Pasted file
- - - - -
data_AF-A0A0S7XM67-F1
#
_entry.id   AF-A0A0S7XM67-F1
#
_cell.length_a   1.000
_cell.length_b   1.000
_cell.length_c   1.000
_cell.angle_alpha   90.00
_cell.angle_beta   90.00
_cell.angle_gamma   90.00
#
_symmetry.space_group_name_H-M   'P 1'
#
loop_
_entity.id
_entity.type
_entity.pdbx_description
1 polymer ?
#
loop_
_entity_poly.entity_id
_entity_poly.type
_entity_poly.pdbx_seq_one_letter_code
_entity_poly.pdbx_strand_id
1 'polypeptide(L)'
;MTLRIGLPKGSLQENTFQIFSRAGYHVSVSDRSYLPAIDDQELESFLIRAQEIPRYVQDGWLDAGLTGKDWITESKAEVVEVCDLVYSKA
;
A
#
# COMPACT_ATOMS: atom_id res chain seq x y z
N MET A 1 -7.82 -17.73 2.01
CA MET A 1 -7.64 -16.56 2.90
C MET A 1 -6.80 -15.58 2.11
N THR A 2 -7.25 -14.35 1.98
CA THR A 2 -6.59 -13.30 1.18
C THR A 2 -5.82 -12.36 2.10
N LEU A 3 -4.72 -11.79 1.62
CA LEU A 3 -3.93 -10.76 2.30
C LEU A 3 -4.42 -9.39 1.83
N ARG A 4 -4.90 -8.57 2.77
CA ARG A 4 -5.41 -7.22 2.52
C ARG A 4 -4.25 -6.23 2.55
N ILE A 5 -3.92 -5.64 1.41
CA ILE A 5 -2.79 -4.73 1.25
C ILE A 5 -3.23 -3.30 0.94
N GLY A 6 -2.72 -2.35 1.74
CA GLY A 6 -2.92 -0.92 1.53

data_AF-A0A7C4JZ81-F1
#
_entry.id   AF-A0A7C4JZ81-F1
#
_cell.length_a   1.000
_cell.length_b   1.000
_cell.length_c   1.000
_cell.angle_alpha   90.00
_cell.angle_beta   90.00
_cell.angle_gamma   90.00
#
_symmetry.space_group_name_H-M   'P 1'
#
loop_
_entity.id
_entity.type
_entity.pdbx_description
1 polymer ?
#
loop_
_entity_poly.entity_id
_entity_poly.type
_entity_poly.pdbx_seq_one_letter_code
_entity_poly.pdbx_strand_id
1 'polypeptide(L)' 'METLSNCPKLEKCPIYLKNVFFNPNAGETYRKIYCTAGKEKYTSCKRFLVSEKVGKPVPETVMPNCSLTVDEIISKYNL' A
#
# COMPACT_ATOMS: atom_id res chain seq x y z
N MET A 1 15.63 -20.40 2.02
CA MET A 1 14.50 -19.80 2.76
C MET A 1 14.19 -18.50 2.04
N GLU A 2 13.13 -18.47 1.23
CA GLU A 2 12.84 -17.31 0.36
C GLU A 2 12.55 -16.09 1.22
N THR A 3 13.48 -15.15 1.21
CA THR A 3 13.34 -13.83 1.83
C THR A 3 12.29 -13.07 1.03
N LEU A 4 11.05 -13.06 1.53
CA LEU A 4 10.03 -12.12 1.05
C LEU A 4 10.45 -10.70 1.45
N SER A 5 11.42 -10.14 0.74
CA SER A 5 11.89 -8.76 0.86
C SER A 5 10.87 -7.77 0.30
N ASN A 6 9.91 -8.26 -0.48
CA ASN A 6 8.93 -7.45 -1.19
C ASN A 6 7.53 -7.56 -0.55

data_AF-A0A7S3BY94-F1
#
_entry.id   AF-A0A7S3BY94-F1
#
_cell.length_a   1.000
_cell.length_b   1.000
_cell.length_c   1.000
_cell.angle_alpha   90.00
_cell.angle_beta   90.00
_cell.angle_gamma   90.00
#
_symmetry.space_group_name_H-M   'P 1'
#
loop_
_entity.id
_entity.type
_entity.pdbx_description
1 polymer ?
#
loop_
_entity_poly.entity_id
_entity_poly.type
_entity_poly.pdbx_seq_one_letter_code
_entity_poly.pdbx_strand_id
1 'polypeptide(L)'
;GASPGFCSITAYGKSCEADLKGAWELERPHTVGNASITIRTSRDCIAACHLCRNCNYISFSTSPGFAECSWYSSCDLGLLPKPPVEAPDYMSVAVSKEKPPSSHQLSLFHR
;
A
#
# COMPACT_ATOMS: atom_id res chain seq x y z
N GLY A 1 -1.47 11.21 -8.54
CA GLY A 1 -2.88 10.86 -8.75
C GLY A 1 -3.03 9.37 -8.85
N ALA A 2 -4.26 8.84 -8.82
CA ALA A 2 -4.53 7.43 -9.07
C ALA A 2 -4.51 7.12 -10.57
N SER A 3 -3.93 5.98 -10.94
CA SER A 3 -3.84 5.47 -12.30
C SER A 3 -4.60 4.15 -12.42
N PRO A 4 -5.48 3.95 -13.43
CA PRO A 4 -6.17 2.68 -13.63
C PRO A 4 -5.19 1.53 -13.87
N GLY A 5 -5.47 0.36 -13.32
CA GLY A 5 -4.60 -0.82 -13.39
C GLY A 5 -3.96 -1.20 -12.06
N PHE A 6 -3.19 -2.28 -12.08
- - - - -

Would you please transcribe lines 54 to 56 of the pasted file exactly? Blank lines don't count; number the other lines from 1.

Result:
_cell.length_c   1.000
_cell.angle_alpha   90.00
_cell.angle_beta   90.00